Life with MS

Bowled Over by Adaptive Sport

By Marianly H. Primmer
Every strike is a strike against MS at the Perky Hornets Bowling League. The adaptive sport league in Perry Hall, Md., is specifically for people who are living with multiple sclerosis.

“It’s seems like it has opened up a whole new family for me,” said Mona Sutton, a league bowler.

Today, Mona never misses a game, but at the time of her diagnosis she didn’t want to leave her house. Her MS diagnosis was the final blow after more than one health scare. “I was on top of the world and everything went down.”

Thinking back, Mona described herself as a perky, bubbly woman. She was enjoying raising two step-daughters with her husband. She was also the bread-winner in her family, working as a civil engineer, designing highways for the state of Maryland. Then something unexpected happened.

Mona suffered a traumatic brain injury from a car accident. She woke up from a coma a week later, not knowing who she was. Mona struggled to relearn everything, including how to walk and talk. She also battled PTSD from the accident, but Mona persevered. She pieced her life back together and even went back to work.

A few years later, she went back to her neurologist after suffering headaches and the loss of some cognitive function. After a set of tests and MRIs, she was diagnosed with MS. Mona said she saw no choice but to quit her career.

“I was very depressed and just stayed at home.” That’s when a friend told her about the league. She reluctantly joined, but is now glad she did. “MS bowling has brought me out of my cocoon. I am feeling better both physically and mentally.”

The league accommodates players of all levels. Some bowl from a wheelchair with the help of a ramp. Others use their walkers. “The players who use a ramp get the higher scores,” she admitted with a hint of jealousy. 

Mona walks up to the foul line. The ball is handed to her, but she rolls it down the lane by herself. “I feel like I’m toning up more; my body, my muscles are more toned, even my legs are stronger,” Mona said.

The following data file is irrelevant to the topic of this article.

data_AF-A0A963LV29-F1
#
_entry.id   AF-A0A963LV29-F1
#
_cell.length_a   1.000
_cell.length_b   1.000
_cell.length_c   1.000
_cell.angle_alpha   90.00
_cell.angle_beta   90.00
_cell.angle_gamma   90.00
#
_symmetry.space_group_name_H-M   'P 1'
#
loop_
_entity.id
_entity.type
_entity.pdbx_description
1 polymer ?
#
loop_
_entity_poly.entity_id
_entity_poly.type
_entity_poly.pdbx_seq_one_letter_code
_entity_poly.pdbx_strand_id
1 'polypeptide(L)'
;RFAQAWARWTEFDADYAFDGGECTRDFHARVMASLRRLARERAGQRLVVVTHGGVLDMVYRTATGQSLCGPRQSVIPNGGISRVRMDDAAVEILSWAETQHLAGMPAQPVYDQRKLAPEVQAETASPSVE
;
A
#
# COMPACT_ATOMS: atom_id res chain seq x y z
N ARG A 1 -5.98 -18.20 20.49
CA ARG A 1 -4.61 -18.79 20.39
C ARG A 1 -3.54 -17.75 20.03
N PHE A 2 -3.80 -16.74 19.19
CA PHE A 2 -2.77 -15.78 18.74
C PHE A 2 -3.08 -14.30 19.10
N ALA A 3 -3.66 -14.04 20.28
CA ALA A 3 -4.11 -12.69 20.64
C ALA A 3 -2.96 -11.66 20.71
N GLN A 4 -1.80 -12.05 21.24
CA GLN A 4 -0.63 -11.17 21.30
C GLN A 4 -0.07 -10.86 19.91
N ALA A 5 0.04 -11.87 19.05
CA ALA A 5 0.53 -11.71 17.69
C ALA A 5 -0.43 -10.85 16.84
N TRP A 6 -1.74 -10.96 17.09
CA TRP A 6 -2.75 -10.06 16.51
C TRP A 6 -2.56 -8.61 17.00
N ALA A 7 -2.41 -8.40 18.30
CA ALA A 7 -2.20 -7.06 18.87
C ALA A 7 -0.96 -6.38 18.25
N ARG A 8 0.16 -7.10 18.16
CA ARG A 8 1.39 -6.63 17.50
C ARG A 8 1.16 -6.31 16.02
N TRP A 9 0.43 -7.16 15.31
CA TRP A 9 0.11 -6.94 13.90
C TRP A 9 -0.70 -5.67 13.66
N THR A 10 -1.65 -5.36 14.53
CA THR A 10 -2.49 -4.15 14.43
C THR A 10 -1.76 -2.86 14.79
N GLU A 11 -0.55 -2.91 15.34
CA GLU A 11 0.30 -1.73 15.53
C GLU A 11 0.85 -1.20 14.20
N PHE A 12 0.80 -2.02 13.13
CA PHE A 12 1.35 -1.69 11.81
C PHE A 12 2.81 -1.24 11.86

Toned muscles aren’t the only benefit. Experts credit adaptive sports with lowering stress and blood pressure, as well as helping with secondary medical conditions such as diabetes or hypertension.

The league is funded in part by the Multiple Sclerosis Foundation’s Health and Wellness Grant, which funds adaptive sports and classes across the country designed to promote symptom management and pain relief.

Joan Denzler, the league’s coordinator, has been volunteering with the league since its inception more than 50 years ago. Joan said, in a report to MS Focus, she noticed increased flexibility, muscle strength, focus, cognition, alertness, and stamina in 21 of the 24 bowlers.

The benefits of adaptive sports are not only physical. Many participants also experience deep emotional shifts. “I have a whole new family that can understand what I’m going through. I can relate to them and they can relate to me,” Mona said.

Now, Mona says she can truly live up to the “Perky Hornets” name once again. She has regained her bubbly disposition, but most important, she says she is a part of something bigger than herself. “The camaraderie is what makes us keep moving. You know if you’re down somebody is going to be there to help you up, physically and mentally.”

Her score? She admits it could be better. In fact, her team was awarded trophies for the worst team in the league, “beating” seven other teams for that title – two years in a row.

Mona does get her share of strikes and spares. Because they are elusive, she says those small victories are much sweeter. “It’s so amazing. It’s a feeling like just ecstasy. It’s overwhelming. My whole body gets tingly and happy.”